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The new design does not include the cladding covering the steel arches.

Design change for Swan River bridge

The state government has approved design alterations to the Swan River pedestrian bridge in an attempt to cut $4 million in construction costs, while also announcing further delays to the bridge’s opening date.

Following advice from lead contractor York Rizzani JV, the new design will not include the black and white cladding that was planned to cover the steel arch structure.

The contractor said the removal of the cladding would retain the distinctive arch design while reducing construction and maintenance costs.

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Comments

Perth
Sounds like a bad compromise to me; looks nowhere near as good IMHO. Of course, it's a lot of money but this is meant to be a timeless piece of (functional) art on the Swan River. Now it looks (and is) half finished. Is this really correct? "The changes will elimination 275 tonnes of secondary steel from the 50 arch modules ... and noise caused by the cladding." That seems a lot. Is it excessive noise? I'm all for the original design.

Woodbridge
I think simplicity and structural honesty is always preferable. Less cost, less maintenance, less weight are all positives. Vitruvius: firmitas (strength), utilitas (functionality), and venustas (beauty).

I was involved in the original tender of this project for a local steel fabricator when the steel was awarded overseas. The cost difference at the was around $2 million, but look at where the cost is now with all the delays. The cladding has not been deleted purely for capital cost and maintenance reasons, that's all smoke and mirrors to try to convince taxpayers they are getting a better deal. Someone has finally realised that the original complex fabric system would have taken until Christmas 2018 to install and get right. This is just to save the government the embarrassment of announcing several further rounds of delays down the track. We did a full-scale mock-up so that the cladding could be trialled and it was an incredibly time consuming process even on the ground with the use of standard access equipment, let alone having to do it at high level in windy conditions. That being said, the cladding was the right aesthetic choice and the entire concept of this bridge has (now) been totally lost. It now looks more like a Dreamworld rollercoaster than an elegant structure sitting unobtrusively on top of the water. If this design was presented in the first instance, there is no way it would have been approved. All of this is due to both the contractor and the government thinking that the most complex steel design, fabrication and construction project in Australia right now could be delivered from overseas, all for the sake of few million dollars. I'll also put a carton on it not being complete by May as I envisage there being some serious issues during installation.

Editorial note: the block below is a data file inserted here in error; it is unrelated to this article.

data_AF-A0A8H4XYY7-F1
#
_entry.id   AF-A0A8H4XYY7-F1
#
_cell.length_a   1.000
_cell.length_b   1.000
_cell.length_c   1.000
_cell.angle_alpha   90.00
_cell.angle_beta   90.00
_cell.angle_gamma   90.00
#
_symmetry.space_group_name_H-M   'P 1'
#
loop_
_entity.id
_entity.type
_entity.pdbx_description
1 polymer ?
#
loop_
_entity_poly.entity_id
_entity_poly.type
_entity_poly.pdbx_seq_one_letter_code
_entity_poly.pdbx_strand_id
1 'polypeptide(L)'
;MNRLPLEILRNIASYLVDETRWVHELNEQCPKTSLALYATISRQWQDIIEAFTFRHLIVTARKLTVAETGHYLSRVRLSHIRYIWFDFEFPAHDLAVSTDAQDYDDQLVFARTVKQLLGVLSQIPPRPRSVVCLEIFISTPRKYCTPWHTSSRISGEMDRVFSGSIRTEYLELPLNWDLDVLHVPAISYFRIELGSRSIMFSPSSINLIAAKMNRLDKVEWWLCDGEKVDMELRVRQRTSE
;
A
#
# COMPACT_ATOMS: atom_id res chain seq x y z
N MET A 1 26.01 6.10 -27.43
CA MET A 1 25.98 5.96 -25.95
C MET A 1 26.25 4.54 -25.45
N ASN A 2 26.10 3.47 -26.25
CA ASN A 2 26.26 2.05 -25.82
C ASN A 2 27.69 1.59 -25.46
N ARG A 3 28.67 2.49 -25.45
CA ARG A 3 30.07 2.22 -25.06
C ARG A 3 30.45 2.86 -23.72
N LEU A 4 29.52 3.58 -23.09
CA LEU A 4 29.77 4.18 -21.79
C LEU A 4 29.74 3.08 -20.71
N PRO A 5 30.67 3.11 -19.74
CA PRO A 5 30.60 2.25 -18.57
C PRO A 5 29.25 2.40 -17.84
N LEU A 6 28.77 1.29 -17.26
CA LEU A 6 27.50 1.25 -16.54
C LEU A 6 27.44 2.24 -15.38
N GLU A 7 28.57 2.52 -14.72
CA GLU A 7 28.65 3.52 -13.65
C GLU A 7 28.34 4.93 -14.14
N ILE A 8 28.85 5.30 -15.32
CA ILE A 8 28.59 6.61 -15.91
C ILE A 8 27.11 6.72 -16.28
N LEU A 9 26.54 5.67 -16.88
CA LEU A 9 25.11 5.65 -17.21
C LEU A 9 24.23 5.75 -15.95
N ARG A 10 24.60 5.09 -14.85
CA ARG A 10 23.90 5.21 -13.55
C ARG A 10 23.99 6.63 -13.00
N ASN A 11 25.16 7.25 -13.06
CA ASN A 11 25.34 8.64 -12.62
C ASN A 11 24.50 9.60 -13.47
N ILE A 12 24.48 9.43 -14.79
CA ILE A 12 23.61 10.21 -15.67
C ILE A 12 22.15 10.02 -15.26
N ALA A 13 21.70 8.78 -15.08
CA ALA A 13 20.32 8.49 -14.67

Helena Valley
You have hit several nails right on their heads, Oliver. Well done. The next major hurdle for all stakeholders will be the safe erection of the arches. To date there is no evidence on site that the temporary works for these operations have even started. Is the contractor 100 per cent sure that his method is safe and sound ? Worth a thorough re-check by the government departments, I believe. Erecting the deck after the arches will also be a challenge, but should be vastly safer than the arches. The timeline for completion in May 2018, however, still seems exceedingly optimistic.

Helena Valley
Cutting corners at this late stage is probably not a good idea, especially just so save 5 or 6 per cent of the already blown budget. Surely this cost should be absorbed by the contractor and not by the people of WA. I'm also struggling to understand how deletion of the cladding plus 275 tonnes of steel will save only $4 million. Are these figures correct? The new design also lacks the elegance that the original design was supposed to bring to the precinct. Seems like this will be an idea that will be regretted almost immediately the bridge is finished.

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